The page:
Governor begins work on 50 year water vision for Utah

PROVO, Utah (ABC 4 Utah) – Utah is the third fastest growing state in the country and the second driest, a combination that is placing a burden on our water supply.
PROVO, Utah (ABC 4 Utah) – Utah is the third fastest growing state in the country and the second driest, a combination that is placing a burden on our water supply.

"If we don't anticipate and plan for the future we will have significant shortages which will stress our system. Not only our ecosystem, but our society," said Governor Gary Herbert, (R) Utah.

That's the premise of his 50 year water vision for Utah.

Leading the charge is a six person team the Governor unveiled Wednesday, at the 2013 Water Summit.

"As we all work together to find ways to conserve the use of water, to make sure we're good stewards of the earth," said Herbert.

The Governor laid out four principals to help meet his goal of 25% reduction by 2025.

They are; conservation, maintenance, planning and innovation.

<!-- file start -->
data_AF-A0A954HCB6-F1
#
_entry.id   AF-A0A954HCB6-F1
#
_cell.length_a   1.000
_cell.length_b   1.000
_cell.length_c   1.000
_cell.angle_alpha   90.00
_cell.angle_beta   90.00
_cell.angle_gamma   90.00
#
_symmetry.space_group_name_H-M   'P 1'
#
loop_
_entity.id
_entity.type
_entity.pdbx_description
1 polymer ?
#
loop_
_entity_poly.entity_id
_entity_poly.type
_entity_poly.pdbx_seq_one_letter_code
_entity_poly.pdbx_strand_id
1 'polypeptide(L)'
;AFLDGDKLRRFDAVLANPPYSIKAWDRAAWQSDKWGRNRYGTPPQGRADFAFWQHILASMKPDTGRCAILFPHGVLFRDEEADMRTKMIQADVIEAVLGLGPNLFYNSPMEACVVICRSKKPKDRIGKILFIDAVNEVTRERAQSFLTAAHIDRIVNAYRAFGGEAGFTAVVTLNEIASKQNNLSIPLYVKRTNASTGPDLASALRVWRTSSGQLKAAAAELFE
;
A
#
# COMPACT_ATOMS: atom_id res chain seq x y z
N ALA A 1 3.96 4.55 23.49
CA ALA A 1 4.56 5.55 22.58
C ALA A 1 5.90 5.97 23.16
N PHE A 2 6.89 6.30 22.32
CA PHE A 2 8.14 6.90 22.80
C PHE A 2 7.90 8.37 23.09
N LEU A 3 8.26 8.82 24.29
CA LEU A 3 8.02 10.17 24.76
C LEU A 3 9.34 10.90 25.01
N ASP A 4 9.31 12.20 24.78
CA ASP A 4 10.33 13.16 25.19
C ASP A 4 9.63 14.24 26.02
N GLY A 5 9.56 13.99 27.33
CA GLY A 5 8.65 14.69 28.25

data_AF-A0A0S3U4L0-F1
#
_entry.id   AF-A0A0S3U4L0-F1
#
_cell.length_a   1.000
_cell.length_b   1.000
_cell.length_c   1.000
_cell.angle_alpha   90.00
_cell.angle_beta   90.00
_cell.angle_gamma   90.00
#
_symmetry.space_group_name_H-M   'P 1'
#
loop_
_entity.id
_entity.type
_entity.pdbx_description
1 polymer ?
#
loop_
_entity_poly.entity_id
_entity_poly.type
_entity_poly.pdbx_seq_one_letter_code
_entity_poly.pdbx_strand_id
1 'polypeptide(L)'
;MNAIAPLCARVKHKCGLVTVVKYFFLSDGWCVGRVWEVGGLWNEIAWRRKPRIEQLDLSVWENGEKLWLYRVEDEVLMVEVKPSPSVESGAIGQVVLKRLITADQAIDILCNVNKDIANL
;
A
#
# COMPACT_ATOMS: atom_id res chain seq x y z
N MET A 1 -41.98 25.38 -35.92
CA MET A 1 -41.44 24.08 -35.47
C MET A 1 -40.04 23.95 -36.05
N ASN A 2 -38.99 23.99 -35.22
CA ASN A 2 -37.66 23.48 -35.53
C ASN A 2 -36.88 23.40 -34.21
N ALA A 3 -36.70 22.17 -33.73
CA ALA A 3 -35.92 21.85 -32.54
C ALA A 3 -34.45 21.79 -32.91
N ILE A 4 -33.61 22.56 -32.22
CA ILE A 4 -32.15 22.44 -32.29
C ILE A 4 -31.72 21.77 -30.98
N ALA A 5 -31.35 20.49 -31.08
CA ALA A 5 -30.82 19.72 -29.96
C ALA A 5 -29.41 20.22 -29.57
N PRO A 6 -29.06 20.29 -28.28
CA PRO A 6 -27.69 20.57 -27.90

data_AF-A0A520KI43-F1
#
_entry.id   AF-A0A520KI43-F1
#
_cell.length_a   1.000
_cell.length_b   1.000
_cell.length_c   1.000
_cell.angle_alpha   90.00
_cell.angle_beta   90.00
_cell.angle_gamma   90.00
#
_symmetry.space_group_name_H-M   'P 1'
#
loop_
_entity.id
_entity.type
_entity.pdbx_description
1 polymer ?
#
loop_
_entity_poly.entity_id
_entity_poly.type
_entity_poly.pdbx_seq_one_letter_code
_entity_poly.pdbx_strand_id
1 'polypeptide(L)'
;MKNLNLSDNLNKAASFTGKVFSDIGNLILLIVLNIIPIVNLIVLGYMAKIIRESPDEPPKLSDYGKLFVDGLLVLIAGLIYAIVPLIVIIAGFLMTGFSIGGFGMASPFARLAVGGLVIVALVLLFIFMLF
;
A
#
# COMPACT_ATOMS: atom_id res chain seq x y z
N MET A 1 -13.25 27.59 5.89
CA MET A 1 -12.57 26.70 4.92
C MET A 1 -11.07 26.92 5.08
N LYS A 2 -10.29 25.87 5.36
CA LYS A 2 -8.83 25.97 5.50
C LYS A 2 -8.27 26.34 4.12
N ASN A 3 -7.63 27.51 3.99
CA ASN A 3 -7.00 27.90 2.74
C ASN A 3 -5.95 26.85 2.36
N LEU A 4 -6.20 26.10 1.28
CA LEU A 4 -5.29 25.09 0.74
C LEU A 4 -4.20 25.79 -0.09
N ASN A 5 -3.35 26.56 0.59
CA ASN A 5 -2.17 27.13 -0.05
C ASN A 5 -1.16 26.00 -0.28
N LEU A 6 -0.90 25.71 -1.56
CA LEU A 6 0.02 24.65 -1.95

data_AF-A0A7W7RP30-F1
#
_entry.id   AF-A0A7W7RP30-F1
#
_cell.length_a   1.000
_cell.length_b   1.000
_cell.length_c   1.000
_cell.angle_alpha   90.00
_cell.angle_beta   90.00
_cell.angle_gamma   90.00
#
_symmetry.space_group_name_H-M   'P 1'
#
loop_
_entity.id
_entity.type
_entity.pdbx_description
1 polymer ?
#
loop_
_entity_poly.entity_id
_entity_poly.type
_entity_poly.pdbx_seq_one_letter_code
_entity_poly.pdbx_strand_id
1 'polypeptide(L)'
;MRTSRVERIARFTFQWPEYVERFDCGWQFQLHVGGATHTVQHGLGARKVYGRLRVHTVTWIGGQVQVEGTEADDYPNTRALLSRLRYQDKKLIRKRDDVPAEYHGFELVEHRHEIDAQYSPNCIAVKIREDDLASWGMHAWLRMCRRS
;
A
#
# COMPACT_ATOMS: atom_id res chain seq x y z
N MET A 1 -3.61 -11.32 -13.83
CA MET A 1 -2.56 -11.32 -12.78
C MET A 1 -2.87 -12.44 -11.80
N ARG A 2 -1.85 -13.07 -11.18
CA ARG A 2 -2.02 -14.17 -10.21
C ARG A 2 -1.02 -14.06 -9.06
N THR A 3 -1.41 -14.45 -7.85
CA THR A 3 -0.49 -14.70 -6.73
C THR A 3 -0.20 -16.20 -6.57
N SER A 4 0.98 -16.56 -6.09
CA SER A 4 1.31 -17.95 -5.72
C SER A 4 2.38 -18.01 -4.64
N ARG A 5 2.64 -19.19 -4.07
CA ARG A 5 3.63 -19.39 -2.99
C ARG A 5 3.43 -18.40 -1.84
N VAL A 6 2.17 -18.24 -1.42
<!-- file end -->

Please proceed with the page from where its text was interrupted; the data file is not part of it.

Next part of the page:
Part of the vision also includes public input.

Zach Frankel, with Utah Rivers Council was at most of the eight listening sessions across the state.

"We think what's more likely is resident's will be indebted with billions of dollars in unnecessary government spending for water projects that no one needs," said Frankel.

Projects like the proposed Lake Powell Pipeline, which would channel water to Washington County.

Frankel says the entire state could pay the price, but the Governor says if Washington County can't afford it, they shouldn't build it.

"I believe that the user pays, so whoever utilizes the water out of a Lake Powell Pipeline project should pay for the cost of it," said Herbert.

The Governor believes that needs to be looked at in a broader sense as well, because nearly all water use in the state is being subsidized by property taxes in some way.

"We're not paying the true, full cost of water, consequently we are more prone to waste water," said Herbert.

Frankel believes the answer is for water suppliers to operate like other utility providers.

"We don't use property tax to pay for natural gas, electricity or telephone service. We need to not do it for water too. We need to pay for the full cost of water in the rate," said Frankel.

One of many issues to debate as the plan is put together.

The Water Plan Advisory Team will continue to collect public input and analyze the options, before making a series of recommendations.

They hope to do that by the end of next year.

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